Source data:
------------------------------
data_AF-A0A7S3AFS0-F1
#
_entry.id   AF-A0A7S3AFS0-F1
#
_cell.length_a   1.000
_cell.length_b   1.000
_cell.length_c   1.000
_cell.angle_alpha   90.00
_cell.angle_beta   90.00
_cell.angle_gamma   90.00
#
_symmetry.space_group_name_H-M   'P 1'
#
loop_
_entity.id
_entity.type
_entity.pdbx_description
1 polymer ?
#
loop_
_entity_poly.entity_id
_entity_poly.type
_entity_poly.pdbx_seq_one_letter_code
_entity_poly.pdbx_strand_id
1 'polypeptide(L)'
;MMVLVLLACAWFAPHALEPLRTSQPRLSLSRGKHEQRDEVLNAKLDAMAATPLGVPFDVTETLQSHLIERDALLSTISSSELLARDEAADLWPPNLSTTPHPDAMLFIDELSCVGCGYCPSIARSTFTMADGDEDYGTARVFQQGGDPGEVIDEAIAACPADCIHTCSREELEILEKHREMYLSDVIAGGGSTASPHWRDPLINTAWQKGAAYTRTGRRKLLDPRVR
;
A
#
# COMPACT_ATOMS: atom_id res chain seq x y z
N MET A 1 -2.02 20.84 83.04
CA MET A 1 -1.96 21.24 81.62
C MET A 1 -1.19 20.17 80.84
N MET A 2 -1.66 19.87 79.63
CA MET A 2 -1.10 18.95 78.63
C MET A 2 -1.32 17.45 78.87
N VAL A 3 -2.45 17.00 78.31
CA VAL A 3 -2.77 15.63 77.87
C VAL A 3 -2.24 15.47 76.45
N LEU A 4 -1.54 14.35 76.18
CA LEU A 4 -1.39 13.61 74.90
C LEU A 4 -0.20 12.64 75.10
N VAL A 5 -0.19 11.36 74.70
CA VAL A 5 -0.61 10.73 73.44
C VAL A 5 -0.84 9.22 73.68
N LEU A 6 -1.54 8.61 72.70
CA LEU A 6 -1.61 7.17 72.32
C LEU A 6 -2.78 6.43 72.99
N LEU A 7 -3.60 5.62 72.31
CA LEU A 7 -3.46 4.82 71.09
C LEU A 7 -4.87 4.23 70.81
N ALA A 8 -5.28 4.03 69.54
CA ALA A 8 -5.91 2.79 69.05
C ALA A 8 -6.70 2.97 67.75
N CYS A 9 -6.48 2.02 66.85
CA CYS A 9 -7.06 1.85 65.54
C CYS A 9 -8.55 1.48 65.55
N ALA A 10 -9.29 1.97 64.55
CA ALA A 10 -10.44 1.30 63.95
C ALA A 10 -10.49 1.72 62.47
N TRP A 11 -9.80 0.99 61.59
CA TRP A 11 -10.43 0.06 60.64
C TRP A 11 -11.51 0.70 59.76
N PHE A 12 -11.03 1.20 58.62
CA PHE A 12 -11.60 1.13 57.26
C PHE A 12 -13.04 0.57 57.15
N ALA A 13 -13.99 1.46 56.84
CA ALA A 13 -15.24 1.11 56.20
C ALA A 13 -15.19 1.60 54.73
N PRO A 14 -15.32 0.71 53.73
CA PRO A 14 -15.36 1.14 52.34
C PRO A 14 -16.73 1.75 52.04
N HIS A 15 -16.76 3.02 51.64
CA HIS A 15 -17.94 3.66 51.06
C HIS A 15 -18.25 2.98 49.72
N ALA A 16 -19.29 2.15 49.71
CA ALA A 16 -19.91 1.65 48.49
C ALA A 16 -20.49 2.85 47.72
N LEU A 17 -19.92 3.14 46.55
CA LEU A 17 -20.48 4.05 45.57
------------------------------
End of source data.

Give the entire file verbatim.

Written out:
data_AF-A0A7S3AFS0-F1
#
_entry.id   AF-A0A7S3AFS0-F1
#
_cell.length_a   1.000
_cell.length_b   1.000
_cell.length_c   1.000
_cell.angle_alpha   90.00
_cell.angle_beta   90.00
_cell.angle_gamma   90.00
#
_symmetry.space_group_name_H-M   'P 1'
#
loop_
_entity.id
_entity.type
_entity.pdbx_description
1 polymer ?
#
loop_
_entity_poly.entity_id
_entity_poly.type
_entity_poly.pdbx_seq_one_letter_code
_entity_poly.pdbx_strand_id
1 'polypeptide(L)'
;MMVLVLLACAWFAPHALEPLRTSQPRLSLSRGKHEQRDEVLNAKLDAMAATPLGVPFDVTETLQSHLIERDALLSTISSSELLARDEAADLWPPNLSTTPHPDAMLFIDELSCVGCGYCPSIARSTFTMADGDEDYGTARVFQQGGDPGEVIDEAIAACPADCIHTCSREELEILEKHREMYLSDVIAGGGSTASPHWRDPLINTAWQKGAAYTRTGRRKLLDPRVR
;
A
#
# COMPACT_ATOMS: atom_id res chain seq x y z
N MET A 1 -2.02 20.84 83.04
CA MET A 1 -1.96 21.24 81.62
C MET A 1 -1.19 20.17 80.84
N MET A 2 -1.66 19.87 79.63
CA MET A 2 -1.10 18.95 78.63
C MET A 2 -1.32 17.45 78.87
N VAL A 3 -2.45 17.00 78.31
CA VAL A 3 -2.77 15.63 77.87
C VAL A 3 -2.24 15.47 76.45
N LEU A 4 -1.54 14.35 76.18
CA LEU A 4 -1.39 13.61 74.90
C LEU A 4 -0.20 12.64 75.10
N VAL A 5 -0.19 11.36 74.70
CA VAL A 5 -0.61 10.73 73.44
C VAL A 5 -0.84 9.22 73.68
N LEU A 6 -1.54 8.61 72.70
CA LEU A 6 -1.61 7.17 72.32
C LEU A 6 -2.78 6.43 72.99
N LEU A 7 -3.60 5.62 72.31
CA LEU A 7 -3.46 4.82 71.09
C LEU A 7 -4.87 4.23 70.81
N ALA A 8 -5.28 4.03 69.54
CA ALA A 8 -5.91 2.79 69.05
C ALA A 8 -6.70 2.97 67.75
N CYS A 9 -6.48 2.02 66.85
CA CYS A 9 -7.06 1.85 65.54
C CYS A 9 -8.55 1.48 65.55
N ALA A 10 -9.29 1.97 64.55
CA ALA A 10 -10.44 1.30 63.95
C ALA A 10 -10.49 1.72 62.47
N TRP A 11 -9.80 0.99 61.59
CA TRP A 11 -10.43 0.06 60.64
C TRP A 11 -11.51 0.70 59.76
N PHE A 12 -11.03 1.20 58.62
CA PHE A 12 -11.60 1.13 57.26
C PHE A 12 -13.04 0.57 57.15
N ALA A 13 -13.99 1.46 56.84
CA ALA A 13 -15.24 1.11 56.20
C ALA A 13 -15.19 1.60 54.73
N PRO A 14 -15.32 0.71 53.73
CA PRO A 14 -15.36 1.14 52.34
C PRO A 14 -16.73 1.75 52.04
N HIS A 15 -16.76 3.02 51.64
CA HIS A 15 -17.94 3.66 51.06
C HIS A 15 -18.25 2.98 49.72
N ALA A 16 -19.29 2.15 49.71
CA ALA A 16 -19.91 1.65 48.49
C ALA A 16 -20.49 2.85 47.72
N LEU A 17 -19.92 3.14 46.55
CA LEU A 17 -20.48 4.05 45.57